Until recently it’s taken special permission just to enter the Lau Island group in Fiji. This group of Islands is east of Viti Levu and Vanua Levu, the two main islands, and when heading west from Tonga you have to zig-zag through all the reef strewn waters and islets to clear in to Fiji. We avoided this scary scenario by entering Fijian waters from the south, north from New Zealand. Not that there wasn’t plenty to run into, it’s just that most of the obstructions are at least marked on the decidedly sketchy charts. Traveling east from Tonga, not so much.
Once again we had to steel ourselves to break away from Jolene at Waitui Marina, up the creek in Savusavu. It seemed a weather window would never come right for us so the best we could come up with was two days that were not too bad. One last listen to Gulf Harbor Radio for weather, which we hear streaming on the Internet since our radio went DOA, and we eased the mooring lines ready for, with any luck at all, 111 miles of diesel drone. This will put us over 20,000 miles traveled so far on Escape Velocity.
We turned the corner at the luckless JM Cousteau resort and found, as expected, light winds OTN (on the nose). With a little fine tuning we realized that we could fly our jib and at least look like a sailboat. Eventually the wind clocked around a few degrees and we were able to actually raise the main and sail for a few hours. We dropped just the mainsail before dark and headed into heavy rain squalls. No stars tonight.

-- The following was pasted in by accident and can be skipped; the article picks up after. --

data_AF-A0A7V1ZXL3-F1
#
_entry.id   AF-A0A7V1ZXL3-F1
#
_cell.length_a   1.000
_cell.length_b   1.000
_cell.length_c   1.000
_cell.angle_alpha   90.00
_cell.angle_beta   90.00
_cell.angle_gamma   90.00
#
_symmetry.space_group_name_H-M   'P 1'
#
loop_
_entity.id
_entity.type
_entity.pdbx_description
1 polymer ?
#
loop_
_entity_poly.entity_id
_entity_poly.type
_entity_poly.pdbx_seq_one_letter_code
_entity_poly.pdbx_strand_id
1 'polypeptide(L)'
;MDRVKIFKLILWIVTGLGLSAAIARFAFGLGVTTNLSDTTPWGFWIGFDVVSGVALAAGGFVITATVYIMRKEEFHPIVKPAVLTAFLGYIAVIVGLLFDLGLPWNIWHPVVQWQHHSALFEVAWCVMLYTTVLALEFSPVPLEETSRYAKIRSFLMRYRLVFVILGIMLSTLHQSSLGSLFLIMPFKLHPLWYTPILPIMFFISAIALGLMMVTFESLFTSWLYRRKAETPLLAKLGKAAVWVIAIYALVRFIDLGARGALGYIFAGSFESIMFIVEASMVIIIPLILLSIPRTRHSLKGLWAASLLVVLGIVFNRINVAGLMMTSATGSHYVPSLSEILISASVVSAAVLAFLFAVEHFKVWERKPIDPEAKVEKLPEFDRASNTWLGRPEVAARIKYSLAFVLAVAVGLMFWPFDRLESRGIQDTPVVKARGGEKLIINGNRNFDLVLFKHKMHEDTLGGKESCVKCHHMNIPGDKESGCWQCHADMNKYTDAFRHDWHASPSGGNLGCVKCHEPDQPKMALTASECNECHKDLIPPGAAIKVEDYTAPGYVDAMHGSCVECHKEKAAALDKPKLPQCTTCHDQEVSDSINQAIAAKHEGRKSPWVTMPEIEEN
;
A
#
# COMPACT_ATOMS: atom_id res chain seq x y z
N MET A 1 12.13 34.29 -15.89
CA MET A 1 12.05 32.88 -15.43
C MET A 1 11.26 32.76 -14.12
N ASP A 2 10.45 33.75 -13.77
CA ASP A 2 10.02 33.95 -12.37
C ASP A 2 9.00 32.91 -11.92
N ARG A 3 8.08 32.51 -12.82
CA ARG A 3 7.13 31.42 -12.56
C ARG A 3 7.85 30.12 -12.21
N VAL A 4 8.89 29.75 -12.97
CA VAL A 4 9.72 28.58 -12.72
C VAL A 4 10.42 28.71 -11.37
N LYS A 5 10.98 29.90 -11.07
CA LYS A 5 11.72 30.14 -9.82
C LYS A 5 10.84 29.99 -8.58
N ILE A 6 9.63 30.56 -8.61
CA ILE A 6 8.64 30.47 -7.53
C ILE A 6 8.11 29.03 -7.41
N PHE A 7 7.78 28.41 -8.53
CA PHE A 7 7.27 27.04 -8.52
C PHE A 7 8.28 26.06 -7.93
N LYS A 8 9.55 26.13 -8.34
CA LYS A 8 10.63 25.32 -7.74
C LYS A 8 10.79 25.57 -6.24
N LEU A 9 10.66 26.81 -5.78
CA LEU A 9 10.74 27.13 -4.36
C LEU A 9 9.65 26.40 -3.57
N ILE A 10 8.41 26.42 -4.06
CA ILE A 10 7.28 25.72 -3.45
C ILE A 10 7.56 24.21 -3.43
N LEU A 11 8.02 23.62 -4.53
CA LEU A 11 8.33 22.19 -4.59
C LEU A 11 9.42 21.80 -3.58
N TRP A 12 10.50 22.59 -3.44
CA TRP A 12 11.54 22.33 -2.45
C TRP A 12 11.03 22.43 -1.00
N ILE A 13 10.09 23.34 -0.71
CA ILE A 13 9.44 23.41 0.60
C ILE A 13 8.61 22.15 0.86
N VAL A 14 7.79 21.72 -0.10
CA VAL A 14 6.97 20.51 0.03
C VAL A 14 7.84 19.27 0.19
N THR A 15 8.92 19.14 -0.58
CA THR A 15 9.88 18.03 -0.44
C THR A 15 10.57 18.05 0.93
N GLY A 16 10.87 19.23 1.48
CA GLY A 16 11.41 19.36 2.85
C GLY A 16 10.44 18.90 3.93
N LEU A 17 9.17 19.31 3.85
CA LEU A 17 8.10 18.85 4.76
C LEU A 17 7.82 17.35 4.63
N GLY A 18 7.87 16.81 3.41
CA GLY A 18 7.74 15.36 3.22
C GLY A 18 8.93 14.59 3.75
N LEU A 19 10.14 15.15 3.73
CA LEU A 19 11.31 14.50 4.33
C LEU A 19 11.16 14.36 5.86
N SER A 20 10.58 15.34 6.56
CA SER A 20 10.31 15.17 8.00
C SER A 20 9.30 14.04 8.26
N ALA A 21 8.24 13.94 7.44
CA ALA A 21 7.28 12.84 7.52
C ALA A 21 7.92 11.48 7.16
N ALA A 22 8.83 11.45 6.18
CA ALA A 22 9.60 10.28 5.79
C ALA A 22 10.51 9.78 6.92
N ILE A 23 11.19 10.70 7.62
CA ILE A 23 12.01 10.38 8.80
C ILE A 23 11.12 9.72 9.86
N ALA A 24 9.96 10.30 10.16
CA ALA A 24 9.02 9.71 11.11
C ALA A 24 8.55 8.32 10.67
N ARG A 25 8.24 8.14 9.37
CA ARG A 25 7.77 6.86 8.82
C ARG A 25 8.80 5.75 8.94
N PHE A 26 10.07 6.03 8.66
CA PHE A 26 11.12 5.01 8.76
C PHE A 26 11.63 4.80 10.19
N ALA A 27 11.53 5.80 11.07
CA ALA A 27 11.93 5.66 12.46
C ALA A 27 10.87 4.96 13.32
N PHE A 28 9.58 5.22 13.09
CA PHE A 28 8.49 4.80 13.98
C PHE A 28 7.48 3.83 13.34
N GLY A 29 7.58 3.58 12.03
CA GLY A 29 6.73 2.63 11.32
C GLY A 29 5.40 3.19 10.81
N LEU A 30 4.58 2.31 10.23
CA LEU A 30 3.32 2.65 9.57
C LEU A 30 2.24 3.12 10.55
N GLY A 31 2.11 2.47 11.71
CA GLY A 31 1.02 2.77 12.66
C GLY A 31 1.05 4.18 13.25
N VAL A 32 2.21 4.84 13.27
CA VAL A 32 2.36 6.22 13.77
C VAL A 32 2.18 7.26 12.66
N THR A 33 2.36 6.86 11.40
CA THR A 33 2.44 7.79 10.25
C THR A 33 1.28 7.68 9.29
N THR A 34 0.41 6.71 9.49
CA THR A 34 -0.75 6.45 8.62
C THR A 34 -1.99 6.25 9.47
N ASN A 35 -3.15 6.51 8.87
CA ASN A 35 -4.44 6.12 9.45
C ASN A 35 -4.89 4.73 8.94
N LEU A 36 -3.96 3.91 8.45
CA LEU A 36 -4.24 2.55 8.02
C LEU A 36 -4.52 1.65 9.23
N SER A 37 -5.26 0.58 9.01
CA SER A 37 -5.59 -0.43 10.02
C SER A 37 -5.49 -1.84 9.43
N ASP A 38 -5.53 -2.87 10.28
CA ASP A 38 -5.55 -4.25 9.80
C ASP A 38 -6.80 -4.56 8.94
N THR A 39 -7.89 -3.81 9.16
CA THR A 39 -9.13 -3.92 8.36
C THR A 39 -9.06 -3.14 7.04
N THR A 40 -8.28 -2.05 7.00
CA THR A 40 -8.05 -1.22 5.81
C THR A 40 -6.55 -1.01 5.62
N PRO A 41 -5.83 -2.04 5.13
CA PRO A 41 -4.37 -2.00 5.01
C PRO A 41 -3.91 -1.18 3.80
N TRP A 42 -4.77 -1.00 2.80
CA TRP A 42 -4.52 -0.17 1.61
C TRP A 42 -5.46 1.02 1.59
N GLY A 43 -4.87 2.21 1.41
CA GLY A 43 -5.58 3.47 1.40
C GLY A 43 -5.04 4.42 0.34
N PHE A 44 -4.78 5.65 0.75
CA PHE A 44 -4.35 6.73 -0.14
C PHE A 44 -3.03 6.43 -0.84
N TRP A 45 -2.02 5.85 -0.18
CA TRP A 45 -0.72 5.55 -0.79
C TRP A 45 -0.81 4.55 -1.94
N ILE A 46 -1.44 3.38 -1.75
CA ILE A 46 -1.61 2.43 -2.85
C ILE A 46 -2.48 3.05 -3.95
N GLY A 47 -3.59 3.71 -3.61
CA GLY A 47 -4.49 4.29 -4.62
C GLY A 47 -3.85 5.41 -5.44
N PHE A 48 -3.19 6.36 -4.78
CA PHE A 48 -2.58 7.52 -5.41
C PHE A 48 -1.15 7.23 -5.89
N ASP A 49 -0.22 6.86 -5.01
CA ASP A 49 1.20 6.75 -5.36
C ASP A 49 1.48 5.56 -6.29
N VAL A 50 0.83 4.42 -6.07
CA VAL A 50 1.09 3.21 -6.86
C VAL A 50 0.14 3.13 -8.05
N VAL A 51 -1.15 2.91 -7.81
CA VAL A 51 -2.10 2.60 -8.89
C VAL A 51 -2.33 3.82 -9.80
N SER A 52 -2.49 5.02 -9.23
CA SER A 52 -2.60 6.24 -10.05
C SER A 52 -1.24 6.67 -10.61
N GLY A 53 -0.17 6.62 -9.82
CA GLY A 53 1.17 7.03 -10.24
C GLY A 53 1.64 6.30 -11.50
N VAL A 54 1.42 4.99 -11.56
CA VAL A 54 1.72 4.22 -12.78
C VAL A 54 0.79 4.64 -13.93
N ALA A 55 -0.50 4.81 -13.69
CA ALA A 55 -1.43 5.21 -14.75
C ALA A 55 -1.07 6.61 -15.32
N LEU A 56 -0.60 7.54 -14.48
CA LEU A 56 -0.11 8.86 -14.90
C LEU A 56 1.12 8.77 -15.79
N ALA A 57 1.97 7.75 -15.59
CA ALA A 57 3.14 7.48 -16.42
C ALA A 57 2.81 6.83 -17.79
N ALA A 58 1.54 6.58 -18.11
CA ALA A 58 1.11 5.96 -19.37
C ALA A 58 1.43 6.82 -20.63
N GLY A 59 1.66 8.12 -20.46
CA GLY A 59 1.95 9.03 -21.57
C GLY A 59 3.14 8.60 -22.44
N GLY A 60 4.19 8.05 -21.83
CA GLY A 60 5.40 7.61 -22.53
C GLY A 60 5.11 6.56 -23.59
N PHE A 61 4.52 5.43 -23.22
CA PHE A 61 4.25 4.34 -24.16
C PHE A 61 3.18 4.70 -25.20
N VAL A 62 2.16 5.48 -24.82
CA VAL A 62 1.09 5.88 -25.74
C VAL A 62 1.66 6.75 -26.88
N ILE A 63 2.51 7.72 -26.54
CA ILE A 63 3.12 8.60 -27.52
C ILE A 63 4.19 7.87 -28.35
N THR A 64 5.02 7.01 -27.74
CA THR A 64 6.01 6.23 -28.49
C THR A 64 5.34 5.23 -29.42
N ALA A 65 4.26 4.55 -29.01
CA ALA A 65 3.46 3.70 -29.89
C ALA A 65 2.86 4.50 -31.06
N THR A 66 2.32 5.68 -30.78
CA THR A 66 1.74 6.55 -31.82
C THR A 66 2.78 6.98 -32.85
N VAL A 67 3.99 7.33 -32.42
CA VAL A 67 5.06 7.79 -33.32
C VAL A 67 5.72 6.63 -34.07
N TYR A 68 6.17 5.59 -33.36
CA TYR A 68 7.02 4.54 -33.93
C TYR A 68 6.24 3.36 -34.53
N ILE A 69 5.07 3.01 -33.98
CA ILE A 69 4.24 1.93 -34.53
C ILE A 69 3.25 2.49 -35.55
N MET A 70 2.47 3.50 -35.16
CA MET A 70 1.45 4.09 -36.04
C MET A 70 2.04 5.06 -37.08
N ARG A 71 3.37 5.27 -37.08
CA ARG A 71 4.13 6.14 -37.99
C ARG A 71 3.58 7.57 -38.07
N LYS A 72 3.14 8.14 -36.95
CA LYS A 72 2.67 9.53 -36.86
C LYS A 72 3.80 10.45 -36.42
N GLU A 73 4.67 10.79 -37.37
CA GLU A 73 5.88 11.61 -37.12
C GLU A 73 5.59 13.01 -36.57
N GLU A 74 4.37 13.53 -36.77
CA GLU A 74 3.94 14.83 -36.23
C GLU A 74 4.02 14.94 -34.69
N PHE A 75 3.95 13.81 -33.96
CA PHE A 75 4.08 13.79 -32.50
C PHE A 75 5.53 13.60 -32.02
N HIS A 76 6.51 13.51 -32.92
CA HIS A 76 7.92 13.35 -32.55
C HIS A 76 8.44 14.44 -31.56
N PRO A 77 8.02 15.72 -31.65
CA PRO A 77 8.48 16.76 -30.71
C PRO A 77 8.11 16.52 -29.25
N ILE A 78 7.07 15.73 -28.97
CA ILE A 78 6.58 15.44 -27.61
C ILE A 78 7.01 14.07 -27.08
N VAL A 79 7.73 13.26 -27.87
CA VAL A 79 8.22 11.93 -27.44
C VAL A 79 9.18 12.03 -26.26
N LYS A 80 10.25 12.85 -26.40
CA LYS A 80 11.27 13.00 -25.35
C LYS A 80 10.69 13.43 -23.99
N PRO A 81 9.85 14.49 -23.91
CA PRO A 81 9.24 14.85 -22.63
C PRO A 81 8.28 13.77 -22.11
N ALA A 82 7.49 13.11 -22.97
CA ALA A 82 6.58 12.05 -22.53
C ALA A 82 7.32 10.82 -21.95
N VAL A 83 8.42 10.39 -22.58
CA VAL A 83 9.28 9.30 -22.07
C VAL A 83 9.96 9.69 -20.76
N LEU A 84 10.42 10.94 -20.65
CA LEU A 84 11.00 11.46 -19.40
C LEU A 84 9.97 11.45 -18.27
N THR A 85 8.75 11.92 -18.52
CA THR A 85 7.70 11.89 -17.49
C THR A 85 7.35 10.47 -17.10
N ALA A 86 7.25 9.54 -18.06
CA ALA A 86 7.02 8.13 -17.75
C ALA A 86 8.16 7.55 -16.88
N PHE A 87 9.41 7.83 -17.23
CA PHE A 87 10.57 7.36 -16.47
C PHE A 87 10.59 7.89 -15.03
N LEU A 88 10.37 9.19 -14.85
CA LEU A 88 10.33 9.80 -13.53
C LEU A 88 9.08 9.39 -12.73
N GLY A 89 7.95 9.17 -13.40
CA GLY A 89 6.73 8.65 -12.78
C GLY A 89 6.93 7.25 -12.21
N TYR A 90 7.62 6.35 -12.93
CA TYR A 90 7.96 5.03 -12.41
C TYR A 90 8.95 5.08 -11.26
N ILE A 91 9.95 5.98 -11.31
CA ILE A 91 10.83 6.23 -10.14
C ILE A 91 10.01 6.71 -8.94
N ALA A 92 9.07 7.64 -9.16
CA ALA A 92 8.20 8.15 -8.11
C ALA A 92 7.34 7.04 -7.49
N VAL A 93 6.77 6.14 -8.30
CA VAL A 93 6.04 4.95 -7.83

Morning never really dawned, the overcast and fog just lightened slightly and we heard two boats on VHF radio behind us discussing the tricky Bay of Islands pass through the rocks and the reefs. This is the big leagues of piloting folks. Our Raymarine chart plotter has ten year old charts that are off about a mile in parts of Fiji. The GPS isn’t off, just where they positioned land on the chart is off. This is one of those parts.
Several guide beacons are missing on the approach to the narrow pass which requires the pilot to line up twin white poles on shore, quickly correcting any slides caused by the swirling currents. The only problem is that the entire Island of Vanuabalavu is enshrouded in fog and rain. We notice that the IPad is less lost than the built in chart plotter but we can’t go in until it clears up a bit. We’re a little early anyway so we drop the jib and bob around waiting at our waypoint outside the pass.
Thirty minutes later a large white ketch appears out of the fog heading towards the pass and it’s one of the boats we’d heard on the radio last night. Turns out he’d been through here before and graciously didn’t mind being the guinea pig. Finally it clears enough to see the twin range poles and we tiptoe into the pass which has little rock indications scattered all over the chart looking like someone has been eating crunchy cookies over it. It’s not a good visual sun day to be doing this but this is the day we have so we do the best we can.
There are many little coves in this Bay of Islands and after sniffing around awhile, in true Escapee fashion, we wiggled into a pretty little cul du sac that has a white sand bottom in 15 feet of water so clear I could see our anchor digging into the sand.
It didn’t take long before the kayaks, Jean & Frank, were launched and the exploring began. This place is mysteriously beautiful. I had no preconceived notion of what the Bay of Islands was all about. It’s the kind of place that draws you in because around every turn it just takes your breath away and we’ve seen some amazing places. This is all that and more. We may have to revise our schedule.